scipy.interpolate.make_interp_spline¶

scipy.interpolate.
make_interp_spline
(x, y, k=3, t=None, bc_type=None, axis=0, check_finite=True)[source]¶ Compute the (coefficients of) interpolating Bspline.
Parameters:  x : array_like, shape (n,)
Abscissas.
 y : array_like, shape (n, …)
Ordinates.
 k : int, optional
Bspline degree. Default is cubic, k=3.
 t : array_like, shape (nt + k + 1,), optional.
Knots. The number of knots needs to agree with the number of datapoints and the number of derivatives at the edges. Specifically,
nt  n
must equallen(deriv_l) + len(deriv_r)
. bc_type : 2tuple or None
Boundary conditions. Default is None, which means choosing the boundary conditions automatically. Otherwise, it must be a lengthtwo tuple where the first element sets the boundary conditions at
x[0]
and the second element sets the boundary conditions atx[1]
. Each of these must be an iterable of pairs(order, value)
which gives the values of derivatives of specified orders at the given edge of the interpolation interval. Alternatively, the following string aliases are recognized:"clamped"
: The first derivatives at the ends are zero. This is equivalent to
bc_type=((1, 0.0), (1, 0.0))
.
"natural"
: The second derivatives at ends are zero. This is equivalent tobc_type=((2, 0.0), (2, 0.0))
."notaknot"
(default): The first and second segments are the same polynomial. This is equivalent to havingbc_type=None
.
 axis : int, optional
Interpolation axis. Default is 0.
 check_finite : bool, optional
Whether to check that the input arrays contain only finite numbers. Disabling may give a performance gain, but may result in problems (crashes, nontermination) if the inputs do contain infinities or NaNs. Default is True.
Returns:  b : a BSpline object of the degree
k
and with knotst
.
See also
BSpline
 base class representing the Bspline objects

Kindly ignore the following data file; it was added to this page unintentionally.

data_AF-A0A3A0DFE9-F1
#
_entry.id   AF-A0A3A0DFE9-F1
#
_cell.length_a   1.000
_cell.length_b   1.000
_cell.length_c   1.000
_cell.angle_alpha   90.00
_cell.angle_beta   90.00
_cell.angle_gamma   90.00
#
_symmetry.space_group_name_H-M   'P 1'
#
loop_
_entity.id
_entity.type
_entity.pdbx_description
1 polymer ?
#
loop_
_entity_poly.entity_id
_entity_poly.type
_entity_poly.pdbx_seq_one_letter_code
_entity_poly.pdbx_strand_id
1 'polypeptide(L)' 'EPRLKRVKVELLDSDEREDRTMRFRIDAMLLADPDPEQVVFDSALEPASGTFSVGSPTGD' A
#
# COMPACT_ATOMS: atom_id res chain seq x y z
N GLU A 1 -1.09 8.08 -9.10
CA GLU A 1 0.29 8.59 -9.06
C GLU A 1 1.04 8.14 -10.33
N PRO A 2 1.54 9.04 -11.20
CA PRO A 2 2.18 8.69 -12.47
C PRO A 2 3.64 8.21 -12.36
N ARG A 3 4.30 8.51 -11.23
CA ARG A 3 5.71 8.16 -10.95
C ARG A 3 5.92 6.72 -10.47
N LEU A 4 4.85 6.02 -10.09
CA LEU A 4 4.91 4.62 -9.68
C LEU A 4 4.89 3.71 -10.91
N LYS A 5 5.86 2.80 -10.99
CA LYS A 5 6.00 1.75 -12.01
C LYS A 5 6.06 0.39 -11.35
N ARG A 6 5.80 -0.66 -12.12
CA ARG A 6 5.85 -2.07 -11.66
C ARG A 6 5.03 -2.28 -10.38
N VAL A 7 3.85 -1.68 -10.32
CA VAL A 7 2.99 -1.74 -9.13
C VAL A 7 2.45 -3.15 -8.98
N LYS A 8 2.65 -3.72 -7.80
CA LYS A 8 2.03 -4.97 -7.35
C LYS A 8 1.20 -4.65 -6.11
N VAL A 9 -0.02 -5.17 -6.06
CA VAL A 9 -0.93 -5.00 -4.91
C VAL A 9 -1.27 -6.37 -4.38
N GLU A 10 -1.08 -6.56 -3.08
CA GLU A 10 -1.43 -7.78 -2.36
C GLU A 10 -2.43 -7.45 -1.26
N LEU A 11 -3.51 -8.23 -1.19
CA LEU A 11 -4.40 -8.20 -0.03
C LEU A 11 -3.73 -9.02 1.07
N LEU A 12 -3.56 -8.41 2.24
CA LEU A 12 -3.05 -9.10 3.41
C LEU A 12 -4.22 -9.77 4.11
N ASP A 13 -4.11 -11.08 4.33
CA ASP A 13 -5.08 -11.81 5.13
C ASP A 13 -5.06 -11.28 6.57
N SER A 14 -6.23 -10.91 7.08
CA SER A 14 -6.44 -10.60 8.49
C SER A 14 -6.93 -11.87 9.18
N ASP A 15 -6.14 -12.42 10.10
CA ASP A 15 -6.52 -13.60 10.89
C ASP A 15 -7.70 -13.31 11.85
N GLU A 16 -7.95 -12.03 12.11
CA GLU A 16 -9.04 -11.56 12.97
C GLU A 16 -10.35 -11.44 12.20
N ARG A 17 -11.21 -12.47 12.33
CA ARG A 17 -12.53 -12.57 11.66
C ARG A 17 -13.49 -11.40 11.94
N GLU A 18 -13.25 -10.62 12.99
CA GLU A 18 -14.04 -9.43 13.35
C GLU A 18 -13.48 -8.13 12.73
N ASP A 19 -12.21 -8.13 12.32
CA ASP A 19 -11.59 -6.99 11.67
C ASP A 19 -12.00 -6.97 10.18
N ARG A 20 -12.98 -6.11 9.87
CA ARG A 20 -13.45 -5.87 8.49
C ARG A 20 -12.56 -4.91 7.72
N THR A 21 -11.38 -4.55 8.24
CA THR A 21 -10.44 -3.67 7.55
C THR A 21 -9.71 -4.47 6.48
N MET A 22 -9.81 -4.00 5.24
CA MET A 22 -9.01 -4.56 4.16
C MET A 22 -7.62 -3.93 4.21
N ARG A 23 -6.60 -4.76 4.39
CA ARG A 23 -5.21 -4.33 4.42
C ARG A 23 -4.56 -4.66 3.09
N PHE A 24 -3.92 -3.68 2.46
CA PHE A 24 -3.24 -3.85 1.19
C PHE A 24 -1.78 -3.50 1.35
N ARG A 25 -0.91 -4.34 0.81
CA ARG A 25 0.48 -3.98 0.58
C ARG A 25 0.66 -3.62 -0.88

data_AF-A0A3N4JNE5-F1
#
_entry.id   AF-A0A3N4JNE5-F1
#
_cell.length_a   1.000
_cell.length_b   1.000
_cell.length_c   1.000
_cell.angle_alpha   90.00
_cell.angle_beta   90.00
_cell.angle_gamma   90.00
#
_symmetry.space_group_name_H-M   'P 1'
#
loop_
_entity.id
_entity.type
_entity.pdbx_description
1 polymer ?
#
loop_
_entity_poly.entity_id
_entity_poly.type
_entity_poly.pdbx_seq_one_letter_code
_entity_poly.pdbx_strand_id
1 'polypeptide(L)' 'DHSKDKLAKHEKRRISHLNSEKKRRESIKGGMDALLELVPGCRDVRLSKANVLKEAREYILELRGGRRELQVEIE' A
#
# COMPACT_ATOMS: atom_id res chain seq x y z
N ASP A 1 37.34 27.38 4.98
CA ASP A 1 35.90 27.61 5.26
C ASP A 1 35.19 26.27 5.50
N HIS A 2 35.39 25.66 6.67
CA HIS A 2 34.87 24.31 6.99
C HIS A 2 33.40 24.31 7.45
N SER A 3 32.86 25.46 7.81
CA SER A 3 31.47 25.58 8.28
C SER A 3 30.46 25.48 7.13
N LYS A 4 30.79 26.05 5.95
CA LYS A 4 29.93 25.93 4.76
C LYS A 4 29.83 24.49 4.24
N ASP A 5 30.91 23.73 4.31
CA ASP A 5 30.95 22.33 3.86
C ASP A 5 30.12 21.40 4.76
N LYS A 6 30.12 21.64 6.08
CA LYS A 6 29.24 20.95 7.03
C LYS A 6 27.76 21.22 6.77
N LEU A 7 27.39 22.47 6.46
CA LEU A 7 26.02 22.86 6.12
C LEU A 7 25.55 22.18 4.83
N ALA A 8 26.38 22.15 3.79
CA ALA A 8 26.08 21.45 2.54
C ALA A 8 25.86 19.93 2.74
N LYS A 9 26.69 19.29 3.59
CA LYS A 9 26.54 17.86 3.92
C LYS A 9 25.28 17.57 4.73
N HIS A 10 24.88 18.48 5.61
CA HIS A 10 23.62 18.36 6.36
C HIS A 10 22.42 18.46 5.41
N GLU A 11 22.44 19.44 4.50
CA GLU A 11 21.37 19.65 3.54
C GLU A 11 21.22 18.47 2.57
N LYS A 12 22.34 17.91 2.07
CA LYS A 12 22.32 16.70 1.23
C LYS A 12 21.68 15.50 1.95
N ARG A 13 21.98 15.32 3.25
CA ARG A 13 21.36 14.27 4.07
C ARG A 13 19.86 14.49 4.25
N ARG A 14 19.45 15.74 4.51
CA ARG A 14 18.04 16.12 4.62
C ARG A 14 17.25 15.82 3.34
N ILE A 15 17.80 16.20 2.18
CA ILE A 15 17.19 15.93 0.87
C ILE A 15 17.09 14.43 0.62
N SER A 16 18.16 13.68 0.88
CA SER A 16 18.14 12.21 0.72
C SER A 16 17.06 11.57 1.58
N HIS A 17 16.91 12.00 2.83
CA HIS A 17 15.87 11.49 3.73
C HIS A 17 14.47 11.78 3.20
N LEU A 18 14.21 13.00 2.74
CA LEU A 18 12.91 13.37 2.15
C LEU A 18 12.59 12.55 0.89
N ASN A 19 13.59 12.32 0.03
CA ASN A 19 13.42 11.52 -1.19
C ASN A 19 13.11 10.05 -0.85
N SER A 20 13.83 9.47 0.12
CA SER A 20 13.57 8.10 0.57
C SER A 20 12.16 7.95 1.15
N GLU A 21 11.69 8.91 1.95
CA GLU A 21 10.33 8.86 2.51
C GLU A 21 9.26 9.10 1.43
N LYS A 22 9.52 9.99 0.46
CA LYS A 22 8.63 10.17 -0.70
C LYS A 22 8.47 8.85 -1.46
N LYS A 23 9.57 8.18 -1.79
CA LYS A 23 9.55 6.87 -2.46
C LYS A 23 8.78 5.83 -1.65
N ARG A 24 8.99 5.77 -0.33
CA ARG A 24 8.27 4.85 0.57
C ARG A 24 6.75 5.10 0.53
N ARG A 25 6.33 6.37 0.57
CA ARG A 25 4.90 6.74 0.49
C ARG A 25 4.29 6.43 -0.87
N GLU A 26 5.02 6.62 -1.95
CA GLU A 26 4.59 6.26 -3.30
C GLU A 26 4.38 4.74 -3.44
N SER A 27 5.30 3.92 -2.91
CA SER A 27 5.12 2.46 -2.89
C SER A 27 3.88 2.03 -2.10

CubicSpline
 a cubic spline in the polynomial basis
make_lsq_spline
 a similar factory function for spline fitting
UnivariateSpline
 a wrapper over FITPACK spline fitting routines
splrep
 a wrapper over FITPACK spline fitting routines
Examples
Use cubic interpolation on Chebyshev nodes:
>>> def cheb_nodes(N): ... jj = 2.*np.arange(N) + 1 ... x = np.cos(np.pi * jj / 2 / N)[::1] ... return x
>>> x = cheb_nodes(20) >>> y = np.sqrt(1  x**2)
>>> from scipy.interpolate import BSpline, make_interp_spline >>> b = make_interp_spline(x, y) >>> np.allclose(b(x), y) True
Note that the default is a cubic spline with a notaknot boundary condition
>>> b.k 3
Here we use a ‘natural’ spline, with zero 2nd derivatives at edges:
>>> l, r = [(2, 0.0)], [(2, 0.0)] >>> b_n = make_interp_spline(x, y, bc_type=(l, r)) # or, bc_type="natural" >>> np.allclose(b_n(x), y) True >>> x0, x1 = x[0], x[1] >>> np.allclose([b_n(x0, 2), b_n(x1, 2)], [0, 0]) True
Interpolation of parametric curves is also supported. As an example, we compute a discretization of a snail curve in polar coordinates
>>> phi = np.linspace(0, 2.*np.pi, 40) >>> r = 0.3 + np.cos(phi) >>> x, y = r*np.cos(phi), r*np.sin(phi) # convert to Cartesian coordinates
Build an interpolating curve, parameterizing it by the angle
>>> from scipy.interpolate import make_interp_spline >>> spl = make_interp_spline(phi, np.c_[x, y])
Evaluate the interpolant on a finer grid (note that we transpose the result to unpack it into a pair of x and yarrays)
>>> phi_new = np.linspace(0, 2.*np.pi, 100) >>> x_new, y_new = spl(phi_new).T
Plot the result
>>> import matplotlib.pyplot as plt >>> plt.plot(x, y, 'o') >>> plt.plot(x_new, y_new, '') >>> plt.show()